That said, I like the way you’ve been grappling with what I’d consider one of the most important questions concerning Fincher: the ways in which style and substance interact within his work. We’ve been talking about this basic issue in various guises, among them the relationship between narrative and thematic subtext, or the status of the director as simultaneously a personal artist and a Hollywood entertainer. This might be a good point at which to segue from our discussion of Fincher in general into a closer look at his individual films, while keeping these questions on the table. And there is little doubt in my mind that Se7en is his most complex and conflicted film in terms of the style/substance debate. It’s a serial killer movie in which the mysterious John Doe (Kevin Spacey) commits a series of grisly murders, while being tracked by detectives Mills (Brad Pitt) and Somerset (Morgan Freeman). But I’d submit that the film’s perspective on these events is much more complicated than it is in the typical serial killer thriller: it is by no means always clear what Fincher means for us to think about the killer or his crimes, or for that matter about the cops and their tactics for finding their target. Moreover, the film has a schematic, seemingly rigid structure that then begins to loosen up (or even unravel) towards the denouement, a descent into chaos and confusion that winds up being as profound and affecting for the audience as it is for the protagonists.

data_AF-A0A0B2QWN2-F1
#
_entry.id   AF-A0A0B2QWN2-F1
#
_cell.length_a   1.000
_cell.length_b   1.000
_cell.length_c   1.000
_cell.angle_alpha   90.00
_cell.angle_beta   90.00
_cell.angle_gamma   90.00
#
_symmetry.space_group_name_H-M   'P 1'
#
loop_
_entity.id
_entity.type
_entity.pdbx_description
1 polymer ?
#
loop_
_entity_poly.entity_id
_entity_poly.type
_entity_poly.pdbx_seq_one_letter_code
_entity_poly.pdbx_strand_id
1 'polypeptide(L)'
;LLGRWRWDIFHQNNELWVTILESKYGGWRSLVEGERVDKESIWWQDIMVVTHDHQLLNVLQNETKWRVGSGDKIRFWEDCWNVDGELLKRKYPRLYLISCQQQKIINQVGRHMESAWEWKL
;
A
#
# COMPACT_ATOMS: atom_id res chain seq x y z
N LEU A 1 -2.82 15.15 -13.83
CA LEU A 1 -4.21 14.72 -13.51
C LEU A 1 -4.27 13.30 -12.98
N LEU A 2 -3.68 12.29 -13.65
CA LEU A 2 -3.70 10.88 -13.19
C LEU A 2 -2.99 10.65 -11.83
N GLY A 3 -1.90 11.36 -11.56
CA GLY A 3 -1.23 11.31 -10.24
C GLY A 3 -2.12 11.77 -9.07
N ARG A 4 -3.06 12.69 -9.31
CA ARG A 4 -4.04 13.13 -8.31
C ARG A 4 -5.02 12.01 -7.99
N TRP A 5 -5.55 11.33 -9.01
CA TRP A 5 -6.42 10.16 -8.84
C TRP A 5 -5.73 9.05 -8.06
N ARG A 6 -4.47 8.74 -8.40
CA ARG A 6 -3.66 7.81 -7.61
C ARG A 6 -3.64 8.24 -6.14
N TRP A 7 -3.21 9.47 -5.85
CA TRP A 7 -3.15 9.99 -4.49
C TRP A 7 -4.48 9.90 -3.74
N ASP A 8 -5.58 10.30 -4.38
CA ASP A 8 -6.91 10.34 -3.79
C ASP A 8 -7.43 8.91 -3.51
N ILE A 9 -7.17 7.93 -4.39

JB: Se7en is indeed a film that sneaks up on the viewer. As you suggest, the structure is so seemingly rigid that it suckers us in. To watch it for the first time is to be overcome trying to puzzle out the riddle. I love John Doe’s monologue in the back of the squad car because Spacey nails it (in a role he’d never be offered now) and because it’s a tease—foreplay when we’re aching for climax. Somerset has that great line: “If John Doe’s head splits open and a UFO should fly out, I want you to have expected it.” At that point, a UFO seems plausible. We’re on edge. And so about 15 beautifully agonizing minutes later, when we find out what’s in the box, there are two shocks: the first is purely structural, an answer to the riddle; the second is the realization that, fuck, we’re smack in the middle of an ethics exercise and Mills’ gun might as well be in our hand. It’s a delicious moment, and evident therein is the quandary that dominates this year’s The Dark Knight: when is it excusable, or even proper, to violate the law (criminal or societal) for the greater good?